At the opening of labour inspectors capacity building workshop at Amaryllis Hotel in Blantyre, Secretary for Labour, Wezi Kayira indicated that lack of labour market information is one of the biggest challenges being faced in the Ministry.
“We do not have a functional labour market information system,” he said. “As such, we have limited data for informed decision and visibility. This is an area that we need to improve on.”
The labour inspectors who have been drawn from all districts of the Southern Region. The first of the series of workshops was held in Kasungu from September 4-8.
Kayira emphasized that district labour officers have the duty to submit monthly reports containing useful data and information, saying “some have responded very well while others are not cooperative”.
Kayira observed that the non-performing district give the excuse that they lack resources such as lack of vehicles but the PS challenged them that most of their offices at district councils are within proximity of business premises, which are walking distances.
He maintained that resources will never be enough, saying even the performing districts also face mobility challenges but still deliver good reports.
He thus announced that the Ministry has received a donation of 20 motorcycles for the labour inspectors’, saying while he knows that some workplaces are within walking distance, he expects to see remarkable progress following the provision of the motorcycles.
“Inspections should obviously increase. Labour inspection is an integral part of the Labour Administration System that plays a fundamental role in ensuring effective law and labour standards application.”
He reminded them that the functions of labour inspection are derived from Article 3(1) of Convention No. 81, and Article 6(1) of Convention No. 129 — whose main functions of labour inspections include:
i. To enforce labour standards and labour laws;
ii. To provide advisory services to employers and employees in the course of inspection which leads to increased knowledge for better voluntary compliance;
iii. Inspection can serve as a catalyst for labour law review by exposing gaps in the law or provisions that are problematic to implement; and
iv. To collect various labour market information.
“Labour inspection involves physical visits to workplaces to check the conditions under which employees are working,” went on Kayira.
“A labour inspector is able to see or assess for himself or herself the working conditions and environment of employees and provide technical advice on best practices available to employers, workers, and their organizations to improve the conditions of work.”
He also emphasized that “to determine the remedial measures adopted by the employer to correct infringements previously detected, follow up inspection actions must be undertaken”.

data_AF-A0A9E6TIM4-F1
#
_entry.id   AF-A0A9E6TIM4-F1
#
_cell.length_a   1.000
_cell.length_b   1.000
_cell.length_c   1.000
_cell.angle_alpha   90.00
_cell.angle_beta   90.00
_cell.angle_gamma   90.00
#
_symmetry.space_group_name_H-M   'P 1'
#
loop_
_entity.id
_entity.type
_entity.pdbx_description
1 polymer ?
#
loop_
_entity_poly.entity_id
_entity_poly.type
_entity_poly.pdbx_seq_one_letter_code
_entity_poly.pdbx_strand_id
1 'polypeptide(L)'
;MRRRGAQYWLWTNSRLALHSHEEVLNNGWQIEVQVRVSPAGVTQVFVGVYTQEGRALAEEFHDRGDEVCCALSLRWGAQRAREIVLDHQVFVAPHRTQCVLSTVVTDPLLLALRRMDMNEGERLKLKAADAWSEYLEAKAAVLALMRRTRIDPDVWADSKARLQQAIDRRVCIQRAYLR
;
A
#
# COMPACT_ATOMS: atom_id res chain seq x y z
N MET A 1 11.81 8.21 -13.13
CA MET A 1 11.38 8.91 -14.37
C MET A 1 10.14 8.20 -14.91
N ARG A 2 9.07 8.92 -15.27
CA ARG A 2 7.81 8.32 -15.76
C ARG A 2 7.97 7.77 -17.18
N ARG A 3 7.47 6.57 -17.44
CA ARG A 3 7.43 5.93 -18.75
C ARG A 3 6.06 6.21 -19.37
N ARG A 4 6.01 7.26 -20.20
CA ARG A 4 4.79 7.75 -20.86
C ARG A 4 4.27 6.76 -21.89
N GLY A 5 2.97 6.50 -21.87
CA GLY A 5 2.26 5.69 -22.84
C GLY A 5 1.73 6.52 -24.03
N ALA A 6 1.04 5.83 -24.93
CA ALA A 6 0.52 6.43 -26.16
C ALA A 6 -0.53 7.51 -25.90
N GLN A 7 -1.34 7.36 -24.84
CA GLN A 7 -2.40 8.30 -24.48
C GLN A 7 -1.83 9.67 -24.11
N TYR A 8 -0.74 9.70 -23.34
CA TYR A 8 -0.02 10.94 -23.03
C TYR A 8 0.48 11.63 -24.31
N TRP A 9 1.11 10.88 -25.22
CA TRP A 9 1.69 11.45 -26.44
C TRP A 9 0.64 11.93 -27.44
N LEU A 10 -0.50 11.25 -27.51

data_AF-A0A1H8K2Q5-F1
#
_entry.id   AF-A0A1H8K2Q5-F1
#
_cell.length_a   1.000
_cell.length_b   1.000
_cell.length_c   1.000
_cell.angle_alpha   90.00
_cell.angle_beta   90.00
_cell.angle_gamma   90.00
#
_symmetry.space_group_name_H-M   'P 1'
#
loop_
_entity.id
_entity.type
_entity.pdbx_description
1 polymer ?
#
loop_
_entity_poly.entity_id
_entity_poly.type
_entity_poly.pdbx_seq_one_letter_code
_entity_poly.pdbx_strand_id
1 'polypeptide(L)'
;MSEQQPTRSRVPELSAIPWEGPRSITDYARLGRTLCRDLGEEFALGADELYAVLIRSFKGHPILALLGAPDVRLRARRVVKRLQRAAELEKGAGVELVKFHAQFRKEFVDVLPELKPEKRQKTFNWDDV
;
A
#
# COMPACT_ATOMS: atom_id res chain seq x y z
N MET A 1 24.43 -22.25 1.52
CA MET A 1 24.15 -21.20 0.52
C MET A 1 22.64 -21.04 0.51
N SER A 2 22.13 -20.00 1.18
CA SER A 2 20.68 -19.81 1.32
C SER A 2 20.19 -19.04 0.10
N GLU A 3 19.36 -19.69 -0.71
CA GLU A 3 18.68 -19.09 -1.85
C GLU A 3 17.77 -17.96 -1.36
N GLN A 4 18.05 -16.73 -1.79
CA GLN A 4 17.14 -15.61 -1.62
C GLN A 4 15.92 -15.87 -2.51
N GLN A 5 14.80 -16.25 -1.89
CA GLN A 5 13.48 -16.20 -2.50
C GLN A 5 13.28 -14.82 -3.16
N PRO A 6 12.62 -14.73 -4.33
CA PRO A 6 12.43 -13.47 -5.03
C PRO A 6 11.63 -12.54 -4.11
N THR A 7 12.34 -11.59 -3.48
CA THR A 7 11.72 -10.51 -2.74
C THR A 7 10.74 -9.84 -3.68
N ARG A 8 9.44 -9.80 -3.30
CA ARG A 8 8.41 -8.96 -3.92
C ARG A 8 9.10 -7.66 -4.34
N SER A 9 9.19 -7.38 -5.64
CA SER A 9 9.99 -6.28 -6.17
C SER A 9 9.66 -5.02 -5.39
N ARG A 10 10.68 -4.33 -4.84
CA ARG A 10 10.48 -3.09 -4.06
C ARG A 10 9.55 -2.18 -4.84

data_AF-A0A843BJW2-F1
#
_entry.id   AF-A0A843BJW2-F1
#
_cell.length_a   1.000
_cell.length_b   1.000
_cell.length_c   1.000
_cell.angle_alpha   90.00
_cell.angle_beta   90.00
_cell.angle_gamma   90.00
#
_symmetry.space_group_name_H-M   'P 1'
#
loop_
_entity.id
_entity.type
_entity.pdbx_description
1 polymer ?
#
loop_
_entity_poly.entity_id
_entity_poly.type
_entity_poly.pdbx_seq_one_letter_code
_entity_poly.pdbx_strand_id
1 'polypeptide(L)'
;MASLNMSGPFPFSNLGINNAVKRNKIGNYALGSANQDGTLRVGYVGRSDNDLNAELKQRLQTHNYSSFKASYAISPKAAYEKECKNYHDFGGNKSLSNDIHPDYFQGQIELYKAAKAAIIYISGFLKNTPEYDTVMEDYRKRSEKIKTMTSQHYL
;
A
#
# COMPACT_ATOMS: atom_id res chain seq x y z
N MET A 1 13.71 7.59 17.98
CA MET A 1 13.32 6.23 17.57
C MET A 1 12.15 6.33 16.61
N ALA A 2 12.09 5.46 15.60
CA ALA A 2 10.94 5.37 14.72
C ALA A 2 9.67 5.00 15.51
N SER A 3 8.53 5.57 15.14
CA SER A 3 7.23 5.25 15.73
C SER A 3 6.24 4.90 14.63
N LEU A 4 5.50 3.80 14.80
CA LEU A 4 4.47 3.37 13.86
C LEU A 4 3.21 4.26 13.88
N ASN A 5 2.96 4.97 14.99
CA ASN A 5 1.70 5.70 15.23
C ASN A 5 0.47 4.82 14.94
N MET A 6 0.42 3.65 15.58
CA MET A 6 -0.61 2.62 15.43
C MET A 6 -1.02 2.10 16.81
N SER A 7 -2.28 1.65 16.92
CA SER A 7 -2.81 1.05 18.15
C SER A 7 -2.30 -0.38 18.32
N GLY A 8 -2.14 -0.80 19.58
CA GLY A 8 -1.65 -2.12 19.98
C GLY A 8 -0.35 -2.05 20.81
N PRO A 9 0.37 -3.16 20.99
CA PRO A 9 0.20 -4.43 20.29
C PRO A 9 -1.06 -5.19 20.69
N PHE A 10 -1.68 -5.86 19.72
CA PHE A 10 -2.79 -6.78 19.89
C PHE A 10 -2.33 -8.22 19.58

“To put it simply, follow-up inspections enable an inspector to check whether advice previously given has been implemented or not.
He reiterated that Malawi ratified 3 Occupational Safety & Health Conventions and Protocol of 2014 to the Forced Labour Convention in November, 2019, as part of the International Labour Organisation (ILO) Centenary celebrations, saying this was government’s demonstration of its commitment towards the promotion of decent work, safety and health.
“Ratification, however, entails greater need to strengthen our labour inspectorate to comply with the provisions of the ratified Conventions and Protocol. Ratification also imposes a reporting obligation on Government, as part of the ILO supervisory machinery to check our level of compliance.
“In this connection, I would to mention that we have just submitted to ILO the reports that were due on 1st September this year and they include Conventions on OSH. This capacity building training is therefore taking place at the most opportune time.”
Being held under the theme; ‘Promoting Effective Integrated Labour Inspection for Attainment of Decent Jobs’, the workshop is being facilitated by GOPA Worldwide Consultants under Zantchito Skills for Jobs programme, which is being funded by the European Union (EU).
GOPA Worldwide Consultant facilitator, Johanes Mandowa — an occupational safety & health (OSH) expert said in his statement that the programme is to create an enabling business environment for micro, small to medium enterprises (MSMEs) and strengthening of labour laws for the attainment of decent jobs and sustainable economic development.
The EU’s support involves provision of technical and financial support; to capacitate OSH and to equip the labour officers with necessary skills and competencies that are critical in aiding their effectiveness in discharging their labour administration mandate — in line with ILO’s ‘Decent work, Safe work’ programme.
The workshops are entrusting labour inspection and its social partners with new roles and responsibilities earmarked to improve working conditions and guaranteeing decent labour relations through the concept of an integrated labour inspection system.
Meanwhile, a manual of inspection practices has been made available and PS Kayira implored on the officers to read it through and to always carry it with them as their bible whenever they are on duty to keep referring to it.
“I have gone through the training manual and I find it quite compressive and with diverse issues,” he said.
“This gives me the confidence that the training will sharpen your inspection skills.
“Without doubt, you will acquire the competencies to handle complex issues including emerging issues, such as, violence and harassment at and trafficking in persons for labour or commercial exploitation.”